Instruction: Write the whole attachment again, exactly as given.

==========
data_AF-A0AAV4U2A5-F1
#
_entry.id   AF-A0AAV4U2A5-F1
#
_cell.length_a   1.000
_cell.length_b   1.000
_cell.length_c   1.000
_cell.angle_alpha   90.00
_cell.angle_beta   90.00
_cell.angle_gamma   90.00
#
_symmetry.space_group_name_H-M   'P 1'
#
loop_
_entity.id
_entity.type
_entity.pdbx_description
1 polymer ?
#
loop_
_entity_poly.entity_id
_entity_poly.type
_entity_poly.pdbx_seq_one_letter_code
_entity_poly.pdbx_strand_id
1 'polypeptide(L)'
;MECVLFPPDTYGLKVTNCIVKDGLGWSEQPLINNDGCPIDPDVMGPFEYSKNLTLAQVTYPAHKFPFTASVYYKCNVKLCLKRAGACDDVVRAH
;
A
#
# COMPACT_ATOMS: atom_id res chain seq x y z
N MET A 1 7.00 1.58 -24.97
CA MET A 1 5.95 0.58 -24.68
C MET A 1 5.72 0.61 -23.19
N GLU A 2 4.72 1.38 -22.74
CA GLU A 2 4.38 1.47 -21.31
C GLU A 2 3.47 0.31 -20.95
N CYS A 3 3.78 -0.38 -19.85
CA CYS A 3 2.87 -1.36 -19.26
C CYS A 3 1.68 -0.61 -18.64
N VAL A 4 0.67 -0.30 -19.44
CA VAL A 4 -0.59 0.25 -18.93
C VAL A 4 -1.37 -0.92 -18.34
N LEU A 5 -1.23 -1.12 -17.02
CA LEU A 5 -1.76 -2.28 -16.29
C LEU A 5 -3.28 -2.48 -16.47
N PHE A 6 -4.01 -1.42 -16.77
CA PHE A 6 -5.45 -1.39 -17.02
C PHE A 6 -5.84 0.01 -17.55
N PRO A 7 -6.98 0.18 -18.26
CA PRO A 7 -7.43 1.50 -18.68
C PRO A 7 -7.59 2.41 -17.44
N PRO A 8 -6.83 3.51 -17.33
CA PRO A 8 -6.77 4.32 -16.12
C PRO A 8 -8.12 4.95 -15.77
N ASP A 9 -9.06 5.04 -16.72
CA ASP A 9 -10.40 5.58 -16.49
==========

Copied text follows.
data_AF-A0AAV4U2A5-F1
#
_entry.id   AF-A0AAV4U2A5-F1
#
_cell.length_a   1.000
_cell.length_b   1.000
_cell.length_c   1.000
_cell.angle_alpha   90.00
_cell.angle_beta   90.00
_cell.angle_gamma   90.00
#
_symmetry.space_group_name_H-M   'P 1'
#
loop_
_entity.id
_entity.type
_entity.pdbx_description
1 polymer ?
#
loop_
_entity_poly.entity_id
_entity_poly.type
_entity_poly.pdbx_seq_one_letter_code
_entity_poly.pdbx_strand_id
1 'polypeptide(L)'
;MECVLFPPDTYGLKVTNCIVKDGLGWSEQPLINNDGCPIDPDVMGPFEYSKNLTLAQVTYPAHKFPFTASVYYKCNVKLCLKRAGACDDVVRAH
;
A
#
# COMPACT_ATOMS: atom_id res chain seq x y z
N MET A 1 7.00 1.58 -24.97
CA MET A 1 5.95 0.58 -24.68
C MET A 1 5.72 0.61 -23.19
N GLU A 2 4.72 1.38 -22.74
CA GLU A 2 4.38 1.47 -21.31
C GLU A 2 3.47 0.31 -20.95
N CYS A 3 3.78 -0.38 -19.85
CA CYS A 3 2.87 -1.36 -19.26
C CYS A 3 1.68 -0.61 -18.64
N VAL A 4 0.67 -0.30 -19.44
CA VAL A 4 -0.59 0.25 -18.93
C VAL A 4 -1.37 -0.92 -18.34
N LEU A 5 -1.23 -1.12 -17.02
CA LEU A 5 -1.76 -2.28 -16.29
C LEU A 5 -3.28 -2.48 -16.47
N PHE A 6 -4.01 -1.42 -16.77
CA PHE A 6 -5.45 -1.39 -17.02
C PHE A 6 -5.84 0.01 -17.55
N PRO A 7 -6.98 0.18 -18.26
CA PRO A 7 -7.43 1.50 -18.68
C PRO A 7 -7.59 2.41 -17.44
N PRO A 8 -6.83 3.51 -17.33
CA PRO A 8 -6.77 4.32 -16.12
C PRO A 8 -8.12 4.95 -15.77
N ASP A 9 -9.06 5.04 -16.72
CA ASP A 9 -10.40 5.58 -16.49